Algebra is the basis of all higher mathematics. It allows for mathematics to be done with variables in place of numerical values, and so allows for solving and the expression of relationships with regard to these variables. In addition, it is often quicker for more complicated numerical problems to be solved algebraically instead. Algebra has many applications over a wide range of fields. For instance, it is utilized in finance, chemistry, physics and environmental science.

In particular, proof develops strong reasoning skills. This improves critical thinking and causes the learner to more readily critically analyse situations. This has wide applications to almost any field of study or work that a learner may wish to pursue.

Algebra also develops modelling, logic, and rationalisation skills. These can be widely applied to other areas that do not have a direct application of algebra.

 

unit overview - spring 2 - statistics 

Unit 7: Statistical hypothesis testing

Skills

  • Understand and apply the language of statistical hypothesis testing, developed through a binomial model: null hypothesis, alternative hypothesis, significance level, test statistic, 1-tail test, 2-tail test, critical value, critical region, acceptance region, p-value.
  • Conduct a statistical hypothesis test for the proportion in the binomial distribution and interpret the results in context.
  • Understand that a sample is being used to make an inference about the population and appreciate that the significance level is the probability of incorrectly rejecting the null hypothesis.

Knowledge

By the end of the sub-unit, students should:

  • understand and be able to apply the language of statistical hypothesis testing, developed through a binomial model.
  • be able to conduct a statistical hypothesis test for the proportion in the binomial distribution and interpret the results in context;
  • understand that a sample is being used to make an inference about the population;
  • appreciate that the significance level is the probability of incorrectly rejecting the null hypothesis.

Rationale

There are many real world applications of hypothesis testing and some of these are;

  • Testing whether more men than women suffer from nightmares
  • Establishing authorship of documents
  • Evaluating the effect of the full moon on behaviour
  • Determining the range at which a bat can detect an insect by echo
  • Deciding whether hospital carpeting results in more infections
  • Selecting the best means to stop smoking
  • Checking whether bumper stickers reflect car owner behaviour
  • Testing the claims of handwriting analysts

Reference:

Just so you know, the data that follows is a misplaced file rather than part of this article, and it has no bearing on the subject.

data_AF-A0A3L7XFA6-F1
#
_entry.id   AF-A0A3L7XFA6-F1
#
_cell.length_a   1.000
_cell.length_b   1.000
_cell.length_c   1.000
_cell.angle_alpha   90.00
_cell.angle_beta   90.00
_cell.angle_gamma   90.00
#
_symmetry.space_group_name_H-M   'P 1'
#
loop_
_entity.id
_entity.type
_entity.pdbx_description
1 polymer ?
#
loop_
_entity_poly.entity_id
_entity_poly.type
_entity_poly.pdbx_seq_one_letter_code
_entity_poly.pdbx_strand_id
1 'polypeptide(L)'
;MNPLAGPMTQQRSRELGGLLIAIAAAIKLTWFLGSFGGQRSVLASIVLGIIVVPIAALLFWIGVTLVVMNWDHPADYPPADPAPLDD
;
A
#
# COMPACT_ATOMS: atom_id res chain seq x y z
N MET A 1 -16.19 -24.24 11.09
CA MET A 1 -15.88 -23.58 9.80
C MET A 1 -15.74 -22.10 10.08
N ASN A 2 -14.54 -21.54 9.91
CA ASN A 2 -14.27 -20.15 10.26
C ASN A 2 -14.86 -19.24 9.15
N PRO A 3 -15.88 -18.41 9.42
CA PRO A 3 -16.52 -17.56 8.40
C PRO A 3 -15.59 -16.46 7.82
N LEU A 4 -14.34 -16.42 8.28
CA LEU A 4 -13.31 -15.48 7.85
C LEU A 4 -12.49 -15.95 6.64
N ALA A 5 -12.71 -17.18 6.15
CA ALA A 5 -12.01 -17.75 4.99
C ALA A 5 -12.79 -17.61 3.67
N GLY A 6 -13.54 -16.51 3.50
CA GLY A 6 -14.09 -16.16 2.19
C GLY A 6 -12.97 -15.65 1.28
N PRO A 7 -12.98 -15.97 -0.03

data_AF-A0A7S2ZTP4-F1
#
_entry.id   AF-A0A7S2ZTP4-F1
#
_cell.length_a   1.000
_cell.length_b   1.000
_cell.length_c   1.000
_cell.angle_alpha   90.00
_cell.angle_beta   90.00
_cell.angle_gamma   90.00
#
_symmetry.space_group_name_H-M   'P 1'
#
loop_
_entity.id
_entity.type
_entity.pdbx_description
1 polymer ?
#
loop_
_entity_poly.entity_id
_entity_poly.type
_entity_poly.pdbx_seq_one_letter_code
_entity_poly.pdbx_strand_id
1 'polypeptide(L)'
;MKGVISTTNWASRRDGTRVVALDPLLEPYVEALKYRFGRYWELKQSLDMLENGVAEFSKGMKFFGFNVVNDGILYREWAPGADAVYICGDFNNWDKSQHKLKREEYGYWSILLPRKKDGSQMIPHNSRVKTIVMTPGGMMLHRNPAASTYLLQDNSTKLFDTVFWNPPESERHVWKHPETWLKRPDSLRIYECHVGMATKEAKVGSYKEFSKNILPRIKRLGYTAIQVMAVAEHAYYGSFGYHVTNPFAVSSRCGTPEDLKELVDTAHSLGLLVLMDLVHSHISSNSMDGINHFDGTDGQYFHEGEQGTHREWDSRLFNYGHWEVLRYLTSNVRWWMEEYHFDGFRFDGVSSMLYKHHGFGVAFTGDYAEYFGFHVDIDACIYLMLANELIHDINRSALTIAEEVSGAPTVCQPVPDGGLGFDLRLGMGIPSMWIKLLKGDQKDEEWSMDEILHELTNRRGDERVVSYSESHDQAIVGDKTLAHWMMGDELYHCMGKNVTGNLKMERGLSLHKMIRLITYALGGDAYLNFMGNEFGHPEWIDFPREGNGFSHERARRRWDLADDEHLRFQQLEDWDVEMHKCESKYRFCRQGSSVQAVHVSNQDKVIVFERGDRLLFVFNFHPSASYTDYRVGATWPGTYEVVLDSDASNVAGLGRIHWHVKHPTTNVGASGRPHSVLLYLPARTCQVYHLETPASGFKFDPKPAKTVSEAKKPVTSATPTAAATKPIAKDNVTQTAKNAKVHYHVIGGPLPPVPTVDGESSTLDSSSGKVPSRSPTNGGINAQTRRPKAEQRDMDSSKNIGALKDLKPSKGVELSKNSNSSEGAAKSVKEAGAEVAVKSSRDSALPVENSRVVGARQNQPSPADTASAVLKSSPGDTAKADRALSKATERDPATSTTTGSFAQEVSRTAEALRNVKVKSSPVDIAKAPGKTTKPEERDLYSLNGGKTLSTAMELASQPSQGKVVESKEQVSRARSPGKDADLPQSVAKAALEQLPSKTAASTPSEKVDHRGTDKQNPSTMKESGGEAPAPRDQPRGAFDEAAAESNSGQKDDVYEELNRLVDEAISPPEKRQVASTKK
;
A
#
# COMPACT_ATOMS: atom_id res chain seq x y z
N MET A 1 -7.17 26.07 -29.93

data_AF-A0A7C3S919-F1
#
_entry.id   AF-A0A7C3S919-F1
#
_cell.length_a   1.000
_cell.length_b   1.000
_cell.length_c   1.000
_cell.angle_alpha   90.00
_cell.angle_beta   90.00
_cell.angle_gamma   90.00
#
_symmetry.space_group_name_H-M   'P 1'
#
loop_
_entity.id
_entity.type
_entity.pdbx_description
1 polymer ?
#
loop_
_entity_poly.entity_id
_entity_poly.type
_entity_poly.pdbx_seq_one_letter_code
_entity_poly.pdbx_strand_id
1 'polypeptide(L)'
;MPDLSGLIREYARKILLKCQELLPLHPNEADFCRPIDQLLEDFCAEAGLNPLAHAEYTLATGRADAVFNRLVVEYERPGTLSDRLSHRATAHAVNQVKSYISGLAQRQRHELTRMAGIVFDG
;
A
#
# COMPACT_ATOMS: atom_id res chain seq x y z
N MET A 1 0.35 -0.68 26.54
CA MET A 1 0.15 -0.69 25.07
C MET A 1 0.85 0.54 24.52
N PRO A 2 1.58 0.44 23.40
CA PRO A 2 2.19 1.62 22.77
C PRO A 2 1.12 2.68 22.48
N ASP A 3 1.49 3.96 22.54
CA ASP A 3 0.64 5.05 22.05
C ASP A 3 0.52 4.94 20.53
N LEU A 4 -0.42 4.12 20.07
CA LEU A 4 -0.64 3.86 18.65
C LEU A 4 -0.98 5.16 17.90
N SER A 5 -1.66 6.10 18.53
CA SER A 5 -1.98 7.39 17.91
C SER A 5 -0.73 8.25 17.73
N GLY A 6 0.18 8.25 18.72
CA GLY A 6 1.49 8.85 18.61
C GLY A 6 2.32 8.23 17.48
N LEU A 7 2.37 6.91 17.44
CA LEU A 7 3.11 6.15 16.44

https://en.wikipedia.org/wiki/Statistical_hypothesis_testing#Use_and_importance

unit overview - summer 1 - pure 

Units 7 and 8: Further algebra

Skills

  • Manipulate polynomials algebraically, including expanding brackets and collecting like terms, factorisation and simple algebraic division; use of the factor theorem.
  • Understand and use the structure of mathematical proof, proceeding from given assumptions through a series of logical steps to a conclusion; use methods of proof, including: proof by deduction, proof by exhaustion, disproof by counter-example.
  • Understand and use the binomial expansion of (š‘Ž + š‘š‘„)n for positive integer n; the notations n! and  nš¶r; link to binomial probabilities.

Knowledge

By the end of the unit, students should:

  • understand and be able to use the binomial expansion of (a + bx)n for positive integer

n;

  • be able to find an unknown coefficient of a binomial expansion.
  • be able to use algebraic division;
  • know and be able to apply the factor theorem;
  • be able to fully factorise a cubic expression;
  • understand and be able to use the structure of mathematical proof, proceeding from given assumptions through a series of logical steps to a conclusion;
  • be able to use methods of proof, including proof by deduction, proof by exhaustion and disproof by counter-example.

Rationale

Algebra is the basis of all higher mathematics. It allows for mathematics to be done with variables in place of numerical values, and so allows for solving and the expression of relationships with regard to these variables. In addition, it is often quicker for more complicated numerical problems to be solved algebraically instead. Algebra has many applications over a wide range of fields. For instance, it is utilised in finance, chemistry, physics and environmental science.

In particular, proof develops strong reasoning skills. This improves critical thinking and causes the learner to more readily critically analyse situations. This has wide applications to almost any field of study or work that a learner may wish to pursue.

Algebra also develops modelling, logic, and rationalisation skills. These can be widely applied to other areas that do not have a direct application of algebra.

knowledge organisers

A knowledge organiser is an important document that lists the important facts that learners should know by the end of a unit of work. It is important that learners can recall these facts easily, so that when they are answering challenging questions in their assessments and GCSE and A-Level exams, they are not wasting precious time in exams focusing on remembering simple facts, but making complex arguments, and calculations.

We encourage all pupils to use them by doing the following:

  • Quiz themselves at home, using the read, write, cover, check method.
  • Practise spelling key vocabulary
  • Further researching people, events and processes most relevant to the unit.